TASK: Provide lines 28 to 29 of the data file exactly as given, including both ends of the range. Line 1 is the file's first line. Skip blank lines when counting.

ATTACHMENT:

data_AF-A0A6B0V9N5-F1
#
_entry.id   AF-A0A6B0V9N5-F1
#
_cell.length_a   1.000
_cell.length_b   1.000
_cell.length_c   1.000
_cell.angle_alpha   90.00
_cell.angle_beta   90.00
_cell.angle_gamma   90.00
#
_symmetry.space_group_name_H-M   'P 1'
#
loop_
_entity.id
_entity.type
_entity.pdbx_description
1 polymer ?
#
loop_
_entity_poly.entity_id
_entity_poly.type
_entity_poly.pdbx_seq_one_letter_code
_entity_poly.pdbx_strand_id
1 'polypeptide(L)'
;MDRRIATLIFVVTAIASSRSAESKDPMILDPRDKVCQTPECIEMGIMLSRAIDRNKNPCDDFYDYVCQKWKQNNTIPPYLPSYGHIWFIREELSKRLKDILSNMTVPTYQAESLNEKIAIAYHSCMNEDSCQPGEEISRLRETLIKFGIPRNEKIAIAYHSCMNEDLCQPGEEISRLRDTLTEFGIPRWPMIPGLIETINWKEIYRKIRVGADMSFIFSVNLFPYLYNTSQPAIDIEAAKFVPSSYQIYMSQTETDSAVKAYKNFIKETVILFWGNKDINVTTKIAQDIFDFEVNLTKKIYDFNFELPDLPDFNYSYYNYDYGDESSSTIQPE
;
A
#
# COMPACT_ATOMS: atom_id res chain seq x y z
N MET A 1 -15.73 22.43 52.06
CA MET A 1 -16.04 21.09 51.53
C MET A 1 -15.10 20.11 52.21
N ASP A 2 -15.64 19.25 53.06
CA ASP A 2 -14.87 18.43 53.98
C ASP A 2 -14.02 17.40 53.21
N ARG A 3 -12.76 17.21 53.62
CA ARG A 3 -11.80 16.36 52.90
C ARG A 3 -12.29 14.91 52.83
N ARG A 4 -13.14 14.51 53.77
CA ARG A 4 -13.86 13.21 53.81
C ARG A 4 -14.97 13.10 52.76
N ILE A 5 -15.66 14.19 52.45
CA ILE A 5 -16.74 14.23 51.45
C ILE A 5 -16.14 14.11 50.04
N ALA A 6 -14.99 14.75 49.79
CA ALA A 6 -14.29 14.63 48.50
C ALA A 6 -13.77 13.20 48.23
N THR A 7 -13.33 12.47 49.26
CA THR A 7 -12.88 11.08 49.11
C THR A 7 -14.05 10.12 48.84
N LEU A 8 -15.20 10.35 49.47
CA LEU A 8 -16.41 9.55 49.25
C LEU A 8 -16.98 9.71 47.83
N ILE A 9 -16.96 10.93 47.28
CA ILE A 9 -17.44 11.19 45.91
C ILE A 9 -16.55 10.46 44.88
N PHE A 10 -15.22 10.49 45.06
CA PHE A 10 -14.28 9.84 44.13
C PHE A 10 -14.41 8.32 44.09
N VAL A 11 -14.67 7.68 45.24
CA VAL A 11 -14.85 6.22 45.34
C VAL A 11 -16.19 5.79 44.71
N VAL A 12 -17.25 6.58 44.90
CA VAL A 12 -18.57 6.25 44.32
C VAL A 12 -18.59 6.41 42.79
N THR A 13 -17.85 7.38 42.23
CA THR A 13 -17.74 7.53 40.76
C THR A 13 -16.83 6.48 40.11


A
#